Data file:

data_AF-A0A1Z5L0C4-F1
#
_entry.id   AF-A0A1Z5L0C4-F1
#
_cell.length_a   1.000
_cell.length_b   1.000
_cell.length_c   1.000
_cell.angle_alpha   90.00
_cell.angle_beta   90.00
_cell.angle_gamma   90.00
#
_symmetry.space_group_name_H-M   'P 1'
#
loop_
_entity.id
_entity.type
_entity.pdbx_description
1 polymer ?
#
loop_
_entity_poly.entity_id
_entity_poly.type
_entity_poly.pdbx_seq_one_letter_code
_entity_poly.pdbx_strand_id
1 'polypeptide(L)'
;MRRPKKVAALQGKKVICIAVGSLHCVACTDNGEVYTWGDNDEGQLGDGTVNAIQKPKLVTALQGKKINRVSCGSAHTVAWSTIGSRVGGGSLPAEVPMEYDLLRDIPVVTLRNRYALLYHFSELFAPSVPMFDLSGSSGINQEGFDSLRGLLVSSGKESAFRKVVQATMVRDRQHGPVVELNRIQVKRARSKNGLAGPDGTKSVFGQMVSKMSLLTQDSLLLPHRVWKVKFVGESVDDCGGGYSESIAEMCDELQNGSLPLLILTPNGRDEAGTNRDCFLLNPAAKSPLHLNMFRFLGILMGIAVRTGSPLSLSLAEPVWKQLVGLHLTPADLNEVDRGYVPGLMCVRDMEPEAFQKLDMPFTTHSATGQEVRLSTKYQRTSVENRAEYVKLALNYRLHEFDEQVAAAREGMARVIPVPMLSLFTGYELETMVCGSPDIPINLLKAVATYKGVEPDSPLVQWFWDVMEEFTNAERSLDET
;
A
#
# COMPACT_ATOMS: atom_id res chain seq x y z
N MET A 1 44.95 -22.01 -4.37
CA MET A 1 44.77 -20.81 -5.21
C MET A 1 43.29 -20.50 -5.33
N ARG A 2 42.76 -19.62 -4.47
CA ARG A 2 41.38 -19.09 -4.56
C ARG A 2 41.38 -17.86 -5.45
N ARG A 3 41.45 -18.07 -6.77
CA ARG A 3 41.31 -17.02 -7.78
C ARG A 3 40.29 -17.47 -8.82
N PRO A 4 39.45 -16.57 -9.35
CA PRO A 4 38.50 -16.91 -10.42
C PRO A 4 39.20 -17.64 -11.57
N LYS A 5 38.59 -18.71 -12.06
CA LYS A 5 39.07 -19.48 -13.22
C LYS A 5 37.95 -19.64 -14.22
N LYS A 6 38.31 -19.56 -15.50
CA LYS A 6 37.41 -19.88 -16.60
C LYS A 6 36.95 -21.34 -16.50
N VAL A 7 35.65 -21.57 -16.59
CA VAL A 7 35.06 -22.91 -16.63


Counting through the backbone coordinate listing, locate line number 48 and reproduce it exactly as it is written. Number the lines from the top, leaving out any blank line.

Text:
C LYS A 6 36.95 -21.34 -16.50